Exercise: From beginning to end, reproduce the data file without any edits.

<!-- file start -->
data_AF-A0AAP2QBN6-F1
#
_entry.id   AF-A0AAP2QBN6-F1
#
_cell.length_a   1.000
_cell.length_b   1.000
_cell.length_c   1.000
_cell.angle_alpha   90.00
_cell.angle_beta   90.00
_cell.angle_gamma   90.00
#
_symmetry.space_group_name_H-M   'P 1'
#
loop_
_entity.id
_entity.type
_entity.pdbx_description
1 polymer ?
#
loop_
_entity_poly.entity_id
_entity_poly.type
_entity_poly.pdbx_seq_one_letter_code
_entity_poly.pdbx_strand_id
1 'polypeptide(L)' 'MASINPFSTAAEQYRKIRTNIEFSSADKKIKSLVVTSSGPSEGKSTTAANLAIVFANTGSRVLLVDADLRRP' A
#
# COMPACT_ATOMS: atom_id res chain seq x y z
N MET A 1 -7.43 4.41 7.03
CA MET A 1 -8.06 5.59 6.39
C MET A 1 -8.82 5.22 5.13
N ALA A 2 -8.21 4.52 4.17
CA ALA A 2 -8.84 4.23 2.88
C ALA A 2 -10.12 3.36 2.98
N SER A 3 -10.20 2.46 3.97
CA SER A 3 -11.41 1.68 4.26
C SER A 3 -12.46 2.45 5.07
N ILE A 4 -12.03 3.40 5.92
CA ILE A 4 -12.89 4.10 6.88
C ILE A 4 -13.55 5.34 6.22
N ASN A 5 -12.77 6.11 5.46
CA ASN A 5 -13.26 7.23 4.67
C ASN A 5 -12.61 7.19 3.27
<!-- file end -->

data_AF-A0AAP2QBN6-F1
#
_entry.id   AF-A0AAP2QBN6-F1
#
_cell.length_a   1.000
_cell.length_b   1.000
_cell.length_c   1.000
_cell.angle_alpha   90.00
_cell.angle_beta   90.00
_cell.angle_gamma   90.00
#
_symmetry.space_group_name_H-M   'P 1'
#
loop_
_entity.id
_entity.type
_entity.pdbx_description
1 polymer ?
#
loop_
_entity_poly.entity_id
_entity_poly.type
_entity_poly.pdbx_seq_one_letter_code
_entity_poly.pdbx_strand_id
1 'polypeptide(L)' 'MASINPFSTAAEQYRKIRTNIEFSSADKKIKSLVVTSSGPSEGKSTTAANLAIVFANTGSRVLLVDADLRRP' A
#
# COMPACT_ATOMS: atom_id res chain seq x y z
N MET A 1 -7.43 4.41 7.03
CA MET A 1 -8.06 5.59 6.39
C MET A 1 -8.82 5.22 5.13
N ALA A 2 -8.21 4.52 4.17
CA ALA A 2 -8.84 4.23 2.88
C ALA A 2 -10.12 3.36 2.98
N SER A 3 -10.20 2.46 3.97
CA SER A 3 -11.41 1.68 4.26
C SER A 3 -12.46 2.45 5.07
N ILE A 4 -12.03 3.40 5.92
CA ILE A 4 -12.89 4.10 6.88
C ILE A 4 -13.55 5.34 6.22
N ASN A 5 -12.77 6.11 5.46
CA ASN A 5 -13.26 7.23 4.67
C ASN A 5 -12.61 7.19 3.27